Rudy Guede’s testimony today

Rudy Guede at Knox/Sollecito appeal

Rudy Guede in court today. Photo: AP

Rudy Guede, the least famous person to have been convicted of the murder of Meredith Kercher, testified today in the appeal of Amanda Knox and Raffaele Sollecito. Naturally, there had been great interest in what he might have to say, and an outside change that his testimony could have provided a turning-point in the case. But, in the event, Guede doesn’t seem to have been keen to steal the show, and he offered nothing new. I think the court will be minded to put what he had to say into a mental box, along with the rest of the witness evidence from the two most recent hearings in the appeal, and forget about it.

In a nutshell, Guede’s story is that, on the night of the murder, he had been engaged in some heavy petting with Kercher at her flat. He went to the toilet and returned to find Kercher with her throat slit and two people making their getaway. He saw a figure which he believes to have been Sollecito and heard a voice which he believes to have been Knox’s. This is similar to the story Guede told at his original trial, but the voice he heard is a feature that had developed somewhere along the way. In fact, he didn’t mention his belief that Knox and Sollecito were present at his original trial, although it is consistent with a letter he sent to the NewsMediaset agency last March.

As I suggested in my last post, this is not the type of story that the court will find easy to accept. It fails to acknowledge Guede’s role in the crime, so to do so would be to go against a settled verdict which is supported by the highest criminal court in Italy. So it by no means places Knox and Sollecito on a spike, unless the court find it so convincing that they are simply bound to accept it.

Is that likely? Well, the story does sort of fit the physical evidence. But that doesn’t necessarily make it true. The idea of a romantic liaison between Guede and Kercher would be convenient. However, Guede initially claimed to have gotten to know at a Halloween house party. He had, presumably, seen pictures of Kercher in Halloween dress in the media. But these were not taken at a house party – she had spent Halloween in a nightclub.

Perhaps a bigger problem is that Guede story necessitates Knox and Sollectio arriving at the flat and committing the murder within a very short timeframe. This seems implausible unless the crime was pre-planned, which is not a version of events supported by any other evidence.

In any event, Guede was not called as a witness to the crime, but specifically to answer an accusation, made by his fellow prisoner Mario Alessi, that Guede had confided in him to having committed the murder with an unnamed accomplice and without the involvement of Knox or Sollecito. Guede denied that such a conversation had ever taken place. So, one convicted murderer’s word against another. Given that Alessi is being investigated for volunteering false testimony in another case, it would seem not unlikely that the court may just ignore the whole thing.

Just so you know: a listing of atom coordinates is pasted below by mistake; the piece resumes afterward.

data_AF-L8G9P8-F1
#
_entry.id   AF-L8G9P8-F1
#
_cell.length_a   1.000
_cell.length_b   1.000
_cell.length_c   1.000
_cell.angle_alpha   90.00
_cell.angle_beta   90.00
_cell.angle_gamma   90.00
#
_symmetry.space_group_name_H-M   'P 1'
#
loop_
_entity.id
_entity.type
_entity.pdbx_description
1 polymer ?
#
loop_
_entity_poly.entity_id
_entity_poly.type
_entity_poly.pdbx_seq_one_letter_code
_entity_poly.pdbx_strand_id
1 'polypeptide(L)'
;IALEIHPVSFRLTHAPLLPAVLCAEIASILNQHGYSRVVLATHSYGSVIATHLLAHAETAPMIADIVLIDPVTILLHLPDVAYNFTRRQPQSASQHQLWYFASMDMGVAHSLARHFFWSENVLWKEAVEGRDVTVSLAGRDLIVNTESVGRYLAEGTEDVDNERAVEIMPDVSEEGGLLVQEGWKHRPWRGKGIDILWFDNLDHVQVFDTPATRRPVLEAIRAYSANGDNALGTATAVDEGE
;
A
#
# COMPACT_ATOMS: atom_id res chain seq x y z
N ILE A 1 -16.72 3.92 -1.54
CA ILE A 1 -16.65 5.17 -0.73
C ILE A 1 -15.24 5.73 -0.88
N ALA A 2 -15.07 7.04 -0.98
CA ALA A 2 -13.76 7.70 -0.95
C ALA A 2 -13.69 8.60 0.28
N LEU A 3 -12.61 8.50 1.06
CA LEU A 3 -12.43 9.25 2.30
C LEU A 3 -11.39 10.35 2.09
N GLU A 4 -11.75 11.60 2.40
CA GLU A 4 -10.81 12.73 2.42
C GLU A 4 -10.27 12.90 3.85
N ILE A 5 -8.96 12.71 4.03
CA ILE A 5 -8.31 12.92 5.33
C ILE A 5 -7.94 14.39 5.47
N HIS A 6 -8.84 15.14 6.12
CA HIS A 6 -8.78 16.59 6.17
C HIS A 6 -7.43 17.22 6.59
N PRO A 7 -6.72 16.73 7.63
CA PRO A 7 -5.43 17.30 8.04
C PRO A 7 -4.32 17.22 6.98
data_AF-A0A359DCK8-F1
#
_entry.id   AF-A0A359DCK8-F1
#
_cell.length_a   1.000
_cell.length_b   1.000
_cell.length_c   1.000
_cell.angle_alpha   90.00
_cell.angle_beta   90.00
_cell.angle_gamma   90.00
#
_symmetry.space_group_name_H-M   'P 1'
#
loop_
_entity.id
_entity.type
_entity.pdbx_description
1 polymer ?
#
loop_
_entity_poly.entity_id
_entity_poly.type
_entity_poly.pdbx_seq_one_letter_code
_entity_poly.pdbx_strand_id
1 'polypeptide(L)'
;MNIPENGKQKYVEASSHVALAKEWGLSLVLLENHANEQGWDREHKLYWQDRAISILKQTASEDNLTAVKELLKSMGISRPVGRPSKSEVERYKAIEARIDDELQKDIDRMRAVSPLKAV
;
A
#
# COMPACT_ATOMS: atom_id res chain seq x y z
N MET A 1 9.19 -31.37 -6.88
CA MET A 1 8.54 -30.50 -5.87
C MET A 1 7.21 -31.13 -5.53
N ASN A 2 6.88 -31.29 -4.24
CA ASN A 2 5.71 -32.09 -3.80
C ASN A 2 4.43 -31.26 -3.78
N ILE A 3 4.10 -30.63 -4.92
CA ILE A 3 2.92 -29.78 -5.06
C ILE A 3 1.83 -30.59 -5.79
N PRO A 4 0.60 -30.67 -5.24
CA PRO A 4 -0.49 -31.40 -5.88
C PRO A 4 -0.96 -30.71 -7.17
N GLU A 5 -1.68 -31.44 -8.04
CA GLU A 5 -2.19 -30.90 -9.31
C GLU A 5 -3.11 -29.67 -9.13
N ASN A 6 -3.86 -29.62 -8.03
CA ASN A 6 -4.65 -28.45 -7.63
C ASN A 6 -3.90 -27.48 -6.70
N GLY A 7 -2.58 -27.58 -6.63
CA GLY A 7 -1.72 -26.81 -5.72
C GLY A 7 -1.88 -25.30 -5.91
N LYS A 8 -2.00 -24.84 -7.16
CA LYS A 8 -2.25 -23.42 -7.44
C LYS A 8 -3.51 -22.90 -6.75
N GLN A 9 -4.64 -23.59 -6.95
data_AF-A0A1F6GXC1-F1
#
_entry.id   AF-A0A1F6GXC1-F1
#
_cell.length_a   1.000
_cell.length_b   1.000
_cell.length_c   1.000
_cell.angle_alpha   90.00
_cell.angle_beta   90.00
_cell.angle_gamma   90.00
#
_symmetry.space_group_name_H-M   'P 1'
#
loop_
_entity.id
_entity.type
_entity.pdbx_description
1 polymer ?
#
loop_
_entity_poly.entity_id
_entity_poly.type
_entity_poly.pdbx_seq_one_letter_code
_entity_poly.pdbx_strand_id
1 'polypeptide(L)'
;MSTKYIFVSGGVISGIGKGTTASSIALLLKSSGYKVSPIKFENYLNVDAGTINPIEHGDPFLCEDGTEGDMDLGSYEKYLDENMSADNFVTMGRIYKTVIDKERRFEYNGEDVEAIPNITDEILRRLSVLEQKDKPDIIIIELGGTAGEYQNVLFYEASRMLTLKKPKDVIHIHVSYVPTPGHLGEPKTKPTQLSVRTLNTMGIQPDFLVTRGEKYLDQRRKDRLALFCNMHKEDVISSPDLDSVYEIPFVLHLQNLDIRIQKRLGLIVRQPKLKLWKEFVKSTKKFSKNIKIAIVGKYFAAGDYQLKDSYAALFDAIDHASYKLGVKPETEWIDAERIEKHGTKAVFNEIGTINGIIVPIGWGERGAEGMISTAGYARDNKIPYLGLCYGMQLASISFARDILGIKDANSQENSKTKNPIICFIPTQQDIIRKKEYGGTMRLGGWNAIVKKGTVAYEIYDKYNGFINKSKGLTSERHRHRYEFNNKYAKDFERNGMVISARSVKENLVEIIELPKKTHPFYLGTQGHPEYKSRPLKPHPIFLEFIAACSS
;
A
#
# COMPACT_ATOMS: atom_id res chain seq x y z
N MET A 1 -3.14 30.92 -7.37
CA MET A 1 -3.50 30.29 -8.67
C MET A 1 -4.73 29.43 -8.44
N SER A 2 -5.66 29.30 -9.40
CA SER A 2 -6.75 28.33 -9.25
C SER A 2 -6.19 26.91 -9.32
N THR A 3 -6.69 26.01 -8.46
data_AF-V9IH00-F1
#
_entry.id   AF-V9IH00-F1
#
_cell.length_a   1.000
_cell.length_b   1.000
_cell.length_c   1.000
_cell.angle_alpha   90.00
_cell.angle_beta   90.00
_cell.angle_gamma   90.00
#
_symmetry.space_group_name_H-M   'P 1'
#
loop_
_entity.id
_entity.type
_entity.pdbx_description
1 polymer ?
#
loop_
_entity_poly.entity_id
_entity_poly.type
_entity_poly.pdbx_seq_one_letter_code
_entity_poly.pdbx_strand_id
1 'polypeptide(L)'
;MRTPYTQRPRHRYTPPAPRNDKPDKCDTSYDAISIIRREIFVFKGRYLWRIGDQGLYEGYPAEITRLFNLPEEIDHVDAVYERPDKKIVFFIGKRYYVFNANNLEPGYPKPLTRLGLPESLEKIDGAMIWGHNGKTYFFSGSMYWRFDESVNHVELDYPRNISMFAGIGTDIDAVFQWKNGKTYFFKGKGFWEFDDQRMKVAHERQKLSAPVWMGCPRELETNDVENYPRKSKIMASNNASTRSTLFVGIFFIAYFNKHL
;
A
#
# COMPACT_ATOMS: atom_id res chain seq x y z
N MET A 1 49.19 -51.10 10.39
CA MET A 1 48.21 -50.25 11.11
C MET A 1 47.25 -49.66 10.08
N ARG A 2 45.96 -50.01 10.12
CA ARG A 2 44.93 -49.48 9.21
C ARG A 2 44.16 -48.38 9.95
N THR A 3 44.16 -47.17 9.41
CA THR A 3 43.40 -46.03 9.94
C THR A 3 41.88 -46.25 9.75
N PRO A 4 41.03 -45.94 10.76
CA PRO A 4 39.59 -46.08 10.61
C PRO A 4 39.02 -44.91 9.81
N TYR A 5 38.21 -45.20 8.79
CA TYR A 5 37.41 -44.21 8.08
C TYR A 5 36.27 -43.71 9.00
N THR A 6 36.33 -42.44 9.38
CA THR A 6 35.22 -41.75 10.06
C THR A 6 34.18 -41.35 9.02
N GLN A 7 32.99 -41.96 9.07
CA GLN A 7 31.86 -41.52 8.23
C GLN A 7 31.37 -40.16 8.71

They may, though, be asking themselves what has motivated Guede to accuse Knox and Sollecito, even if they can’t accept his story wholesale. What explanation could there be for that other than that he really believes (or knows) that they were involved?

The court also heard today from two cellmates of Luciano Aviello. He appeared last week to claim that his brother, a Mafioso fugitive, had been responsible for the murder. Today’s witnesses claimed to have been told by Aviello that Sollecito’s father had promised him a large amount of money (perhaps €70,000, perhaps €150,000) in order to pay for a sex change operation, in return for giving evidence that would “muddy the water” in his son’s case.

This is a pretty much superfluous additional reason to doubt a story that never seemed plausible in the first place. It shouldn’t, however, be taken as proving corruption on the part of Sollecito senior, since it could alternatively be the case that Aviello is a fantasist (or, I suppose, it could be that the prosecution have paid Aviello’s cellmates, but let’s not overcomplicate things). On the other hand, I don’t think the defence have covered themselves with glory by embarking on this fairly pointless succession of prisoner witnesses. In so doing, they have allowed a situation where an allegation that witnesses have been paid is not surprising. If it is something the court takes even slightly seriously, this may affect the credibility of almost anyone testifying for the defence, including anyone who testified in the first trial.

And that’s pretty much the story of these last two sessions, I think. Unmitigated bad news for the defence. But, as they lick their self-inflicted wounds, they may be consoling themselves with the thought that it could have been worse. If, for example, Guede had given a more compelling version of events. As it is, with regards to the main issues of the case, we are more or less where we were just over a week ago.

In other words, we are waiting for the results of the expert review of the DNA evidence in the case. The deadline for that is this Thursday, but it won’t be public until the next hearing on 25 July. So, only a few weeks of leaks and conjecture to go.


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